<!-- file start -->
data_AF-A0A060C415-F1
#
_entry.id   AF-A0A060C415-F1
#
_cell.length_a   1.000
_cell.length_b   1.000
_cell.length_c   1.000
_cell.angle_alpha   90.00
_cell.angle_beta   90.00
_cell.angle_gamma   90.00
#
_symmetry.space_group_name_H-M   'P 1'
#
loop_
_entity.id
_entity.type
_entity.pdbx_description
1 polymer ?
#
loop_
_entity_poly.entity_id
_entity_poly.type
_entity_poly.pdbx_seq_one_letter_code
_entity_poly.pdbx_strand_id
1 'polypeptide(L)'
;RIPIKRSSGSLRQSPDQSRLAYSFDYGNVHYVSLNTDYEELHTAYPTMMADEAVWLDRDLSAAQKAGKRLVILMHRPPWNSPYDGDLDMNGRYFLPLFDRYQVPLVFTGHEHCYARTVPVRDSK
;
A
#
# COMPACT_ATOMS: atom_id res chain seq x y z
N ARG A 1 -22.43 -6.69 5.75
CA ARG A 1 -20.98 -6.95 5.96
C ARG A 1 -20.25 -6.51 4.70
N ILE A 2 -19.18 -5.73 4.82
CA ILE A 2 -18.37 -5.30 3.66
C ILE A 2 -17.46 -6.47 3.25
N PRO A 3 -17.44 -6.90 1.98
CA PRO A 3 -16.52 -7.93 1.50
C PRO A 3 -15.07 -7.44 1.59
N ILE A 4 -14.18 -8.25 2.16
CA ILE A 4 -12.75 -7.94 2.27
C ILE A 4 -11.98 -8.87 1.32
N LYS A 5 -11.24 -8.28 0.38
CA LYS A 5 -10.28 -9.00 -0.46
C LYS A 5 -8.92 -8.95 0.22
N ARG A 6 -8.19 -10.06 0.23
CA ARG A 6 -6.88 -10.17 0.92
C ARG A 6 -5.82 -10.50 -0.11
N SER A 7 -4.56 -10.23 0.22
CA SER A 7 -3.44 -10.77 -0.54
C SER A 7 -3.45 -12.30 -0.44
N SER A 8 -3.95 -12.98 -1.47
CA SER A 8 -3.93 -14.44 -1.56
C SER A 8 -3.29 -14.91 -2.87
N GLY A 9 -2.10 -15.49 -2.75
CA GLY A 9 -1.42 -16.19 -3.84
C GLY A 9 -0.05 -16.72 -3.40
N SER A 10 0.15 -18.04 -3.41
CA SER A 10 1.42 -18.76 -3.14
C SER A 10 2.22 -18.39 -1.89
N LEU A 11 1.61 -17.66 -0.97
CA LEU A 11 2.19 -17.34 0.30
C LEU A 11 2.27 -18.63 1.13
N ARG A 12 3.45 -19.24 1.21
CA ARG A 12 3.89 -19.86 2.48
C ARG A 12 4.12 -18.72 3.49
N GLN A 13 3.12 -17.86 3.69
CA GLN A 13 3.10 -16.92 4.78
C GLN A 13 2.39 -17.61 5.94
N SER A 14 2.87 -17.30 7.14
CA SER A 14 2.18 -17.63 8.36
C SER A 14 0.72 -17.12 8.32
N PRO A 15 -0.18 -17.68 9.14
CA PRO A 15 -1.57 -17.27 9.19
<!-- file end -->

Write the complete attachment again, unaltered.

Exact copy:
data_AF-A0A060C415-F1
#
_entry.id   AF-A0A060C415-F1
#
_cell.length_a   1.000
_cell.length_b   1.000
_cell.length_c   1.000
_cell.angle_alpha   90.00
_cell.angle_beta   90.00
_cell.angle_gamma   90.00
#
_symmetry.space_group_name_H-M   'P 1'
#
loop_
_entity.id
_entity.type
_entity.pdbx_description
1 polymer ?
#
loop_
_entity_poly.entity_id
_entity_poly.type
_entity_poly.pdbx_seq_one_letter_code
_entity_poly.pdbx_strand_id
1 'polypeptide(L)'
;RIPIKRSSGSLRQSPDQSRLAYSFDYGNVHYVSLNTDYEELHTAYPTMMADEAVWLDRDLSAAQKAGKRLVILMHRPPWNSPYDGDLDMNGRYFLPLFDRYQVPLVFTGHEHCYARTVPVRDSK
;
A
#
# COMPACT_ATOMS: atom_id res chain seq x y z
N ARG A 1 -22.43 -6.69 5.75
CA ARG A 1 -20.98 -6.95 5.96
C ARG A 1 -20.25 -6.51 4.70
N ILE A 2 -19.18 -5.73 4.82
CA ILE A 2 -18.37 -5.30 3.66
C ILE A 2 -17.46 -6.47 3.25
N PRO A 3 -17.44 -6.90 1.98
CA PRO A 3 -16.52 -7.93 1.50
C PRO A 3 -15.07 -7.44 1.59
N ILE A 4 -14.18 -8.25 2.16
CA ILE A 4 -12.75 -7.94 2.27
C ILE A 4 -11.98 -8.87 1.32
N LYS A 5 -11.24 -8.28 0.38
CA LYS A 5 -10.28 -9.00 -0.46
C LYS A 5 -8.92 -8.95 0.22
N ARG A 6 -8.19 -10.06 0.23
CA ARG A 6 -6.88 -10.17 0.92
C ARG A 6 -5.82 -10.50 -0.11
N SER A 7 -4.56 -10.23 0.22
CA SER A 7 -3.44 -10.77 -0.54
C SER A 7 -3.45 -12.30 -0.44
N SER A 8 -3.95 -12.98 -1.47
CA SER A 8 -3.93 -14.44 -1.56
C SER A 8 -3.29 -14.91 -2.87
N GLY A 9 -2.10 -15.49 -2.75
CA GLY A 9 -1.42 -16.19 -3.84
C GLY A 9 -0.05 -16.72 -3.40
N SER A 10 0.15 -18.04 -3.41
CA SER A 10 1.42 -18.76 -3.14
C SER A 10 2.22 -18.39 -1.89
N LEU A 11 1.61 -17.66 -0.97
CA LEU A 11 2.19 -17.34 0.30
C LEU A 11 2.27 -18.63 1.13
N ARG A 12 3.45 -19.24 1.21
CA ARG A 12 3.89 -19.86 2.48
C ARG A 12 4.12 -18.72 3.49
N GLN A 13 3.12 -17.86 3.69
CA GLN A 13 3.10 -16.92 4.78
C GLN A 13 2.39 -17.61 5.94
N SER A 14 2.87 -17.30 7.14
CA SER A 14 2.18 -17.63 8.36
C SER A 14 0.72 -17.12 8.32
N PRO A 15 -0.18 -17.68 9.14
CA PRO A 15 -1.57 -17.27 9.19